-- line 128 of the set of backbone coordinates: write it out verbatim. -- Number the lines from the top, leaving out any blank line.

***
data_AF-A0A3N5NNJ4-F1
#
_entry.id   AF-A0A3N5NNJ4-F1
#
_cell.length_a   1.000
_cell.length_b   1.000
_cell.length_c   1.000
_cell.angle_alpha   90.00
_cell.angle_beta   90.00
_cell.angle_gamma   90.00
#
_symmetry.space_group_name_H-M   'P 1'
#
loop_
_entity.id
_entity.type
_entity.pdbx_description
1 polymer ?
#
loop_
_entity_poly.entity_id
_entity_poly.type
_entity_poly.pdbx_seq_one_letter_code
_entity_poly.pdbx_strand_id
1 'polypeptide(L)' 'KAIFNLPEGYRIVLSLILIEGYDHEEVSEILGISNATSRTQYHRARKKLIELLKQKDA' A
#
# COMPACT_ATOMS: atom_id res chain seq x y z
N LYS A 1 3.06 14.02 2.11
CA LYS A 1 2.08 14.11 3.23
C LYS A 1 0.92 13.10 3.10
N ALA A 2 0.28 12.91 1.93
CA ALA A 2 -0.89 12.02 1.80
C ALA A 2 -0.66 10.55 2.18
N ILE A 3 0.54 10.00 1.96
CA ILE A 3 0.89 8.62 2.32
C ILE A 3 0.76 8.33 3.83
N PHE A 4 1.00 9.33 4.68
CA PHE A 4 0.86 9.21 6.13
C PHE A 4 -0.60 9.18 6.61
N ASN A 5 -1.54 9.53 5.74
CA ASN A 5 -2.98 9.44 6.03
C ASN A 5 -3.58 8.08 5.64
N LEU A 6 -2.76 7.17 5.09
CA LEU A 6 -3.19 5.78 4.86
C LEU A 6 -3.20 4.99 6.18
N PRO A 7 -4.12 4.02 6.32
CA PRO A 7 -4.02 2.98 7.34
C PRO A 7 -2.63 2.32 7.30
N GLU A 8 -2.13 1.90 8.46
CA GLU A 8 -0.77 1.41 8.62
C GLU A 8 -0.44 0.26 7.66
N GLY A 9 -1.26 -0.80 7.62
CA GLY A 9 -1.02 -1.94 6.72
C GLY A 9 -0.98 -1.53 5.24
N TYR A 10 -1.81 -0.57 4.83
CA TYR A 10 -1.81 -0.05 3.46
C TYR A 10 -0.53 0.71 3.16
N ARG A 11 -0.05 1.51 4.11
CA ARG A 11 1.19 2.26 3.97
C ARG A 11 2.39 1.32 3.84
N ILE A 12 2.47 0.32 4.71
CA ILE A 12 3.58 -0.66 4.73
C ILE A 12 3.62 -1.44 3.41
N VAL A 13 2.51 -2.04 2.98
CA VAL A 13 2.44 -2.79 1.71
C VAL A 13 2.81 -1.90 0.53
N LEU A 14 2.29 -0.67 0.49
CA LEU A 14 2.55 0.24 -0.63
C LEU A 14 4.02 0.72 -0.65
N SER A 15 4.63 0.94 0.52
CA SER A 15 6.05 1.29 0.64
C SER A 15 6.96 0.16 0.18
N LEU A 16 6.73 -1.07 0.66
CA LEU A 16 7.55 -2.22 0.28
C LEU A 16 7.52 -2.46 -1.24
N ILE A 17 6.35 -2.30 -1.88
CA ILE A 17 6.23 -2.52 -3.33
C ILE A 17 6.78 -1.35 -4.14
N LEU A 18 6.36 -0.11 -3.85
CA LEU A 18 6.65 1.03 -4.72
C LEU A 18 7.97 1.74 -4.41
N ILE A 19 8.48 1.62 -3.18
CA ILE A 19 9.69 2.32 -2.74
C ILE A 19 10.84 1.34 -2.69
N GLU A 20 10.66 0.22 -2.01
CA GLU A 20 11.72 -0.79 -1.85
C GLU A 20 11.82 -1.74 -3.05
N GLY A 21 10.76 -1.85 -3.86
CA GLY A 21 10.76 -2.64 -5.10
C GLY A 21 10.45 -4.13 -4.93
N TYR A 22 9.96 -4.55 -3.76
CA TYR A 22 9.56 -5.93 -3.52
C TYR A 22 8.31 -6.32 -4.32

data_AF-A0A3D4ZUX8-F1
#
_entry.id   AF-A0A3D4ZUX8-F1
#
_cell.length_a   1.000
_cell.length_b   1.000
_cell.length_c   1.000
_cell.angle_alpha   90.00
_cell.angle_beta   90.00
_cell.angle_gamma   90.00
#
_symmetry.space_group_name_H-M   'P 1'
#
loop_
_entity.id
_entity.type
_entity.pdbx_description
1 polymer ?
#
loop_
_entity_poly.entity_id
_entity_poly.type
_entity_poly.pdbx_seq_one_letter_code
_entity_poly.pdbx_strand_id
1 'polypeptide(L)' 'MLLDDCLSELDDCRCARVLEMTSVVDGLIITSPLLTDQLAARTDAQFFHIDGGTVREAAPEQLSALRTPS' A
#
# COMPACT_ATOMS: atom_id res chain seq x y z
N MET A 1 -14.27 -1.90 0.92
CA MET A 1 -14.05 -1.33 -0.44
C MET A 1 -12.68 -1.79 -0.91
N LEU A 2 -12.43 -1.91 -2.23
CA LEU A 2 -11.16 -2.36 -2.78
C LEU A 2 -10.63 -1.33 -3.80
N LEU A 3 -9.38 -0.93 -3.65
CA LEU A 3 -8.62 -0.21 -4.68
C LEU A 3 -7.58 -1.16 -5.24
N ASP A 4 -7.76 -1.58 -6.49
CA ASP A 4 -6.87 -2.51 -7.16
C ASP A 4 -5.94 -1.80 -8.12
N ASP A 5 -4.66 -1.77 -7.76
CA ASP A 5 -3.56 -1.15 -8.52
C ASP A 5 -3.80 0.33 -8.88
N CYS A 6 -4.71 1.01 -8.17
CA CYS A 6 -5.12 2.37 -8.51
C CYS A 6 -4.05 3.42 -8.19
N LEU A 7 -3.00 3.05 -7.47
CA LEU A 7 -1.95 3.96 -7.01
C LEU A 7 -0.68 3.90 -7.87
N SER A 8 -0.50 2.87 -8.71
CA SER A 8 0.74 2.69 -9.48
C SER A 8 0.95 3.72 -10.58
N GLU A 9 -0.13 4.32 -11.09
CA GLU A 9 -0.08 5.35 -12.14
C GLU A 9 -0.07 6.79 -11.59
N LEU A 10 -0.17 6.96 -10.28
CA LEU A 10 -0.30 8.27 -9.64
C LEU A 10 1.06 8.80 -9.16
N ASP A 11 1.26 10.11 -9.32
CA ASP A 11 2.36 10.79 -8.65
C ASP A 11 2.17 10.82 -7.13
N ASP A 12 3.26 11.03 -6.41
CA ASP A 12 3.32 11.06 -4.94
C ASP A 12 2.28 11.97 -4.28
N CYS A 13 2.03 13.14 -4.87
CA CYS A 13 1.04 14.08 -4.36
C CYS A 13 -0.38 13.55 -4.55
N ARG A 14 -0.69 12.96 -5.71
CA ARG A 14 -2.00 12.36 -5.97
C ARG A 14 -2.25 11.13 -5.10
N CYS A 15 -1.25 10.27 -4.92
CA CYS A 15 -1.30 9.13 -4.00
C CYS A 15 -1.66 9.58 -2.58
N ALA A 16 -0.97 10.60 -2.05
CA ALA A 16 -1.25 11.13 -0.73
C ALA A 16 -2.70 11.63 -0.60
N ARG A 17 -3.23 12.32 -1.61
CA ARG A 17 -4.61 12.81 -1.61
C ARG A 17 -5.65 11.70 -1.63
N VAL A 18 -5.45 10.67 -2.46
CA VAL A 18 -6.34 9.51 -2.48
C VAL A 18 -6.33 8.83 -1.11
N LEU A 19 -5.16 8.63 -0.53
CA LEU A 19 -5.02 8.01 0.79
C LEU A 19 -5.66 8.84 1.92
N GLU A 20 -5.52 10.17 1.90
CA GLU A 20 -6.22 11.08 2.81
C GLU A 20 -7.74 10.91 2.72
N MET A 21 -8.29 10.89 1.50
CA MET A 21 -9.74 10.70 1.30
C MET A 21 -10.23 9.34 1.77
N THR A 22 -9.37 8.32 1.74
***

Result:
CA LEU A 3 -8.62 -0.21 -4.68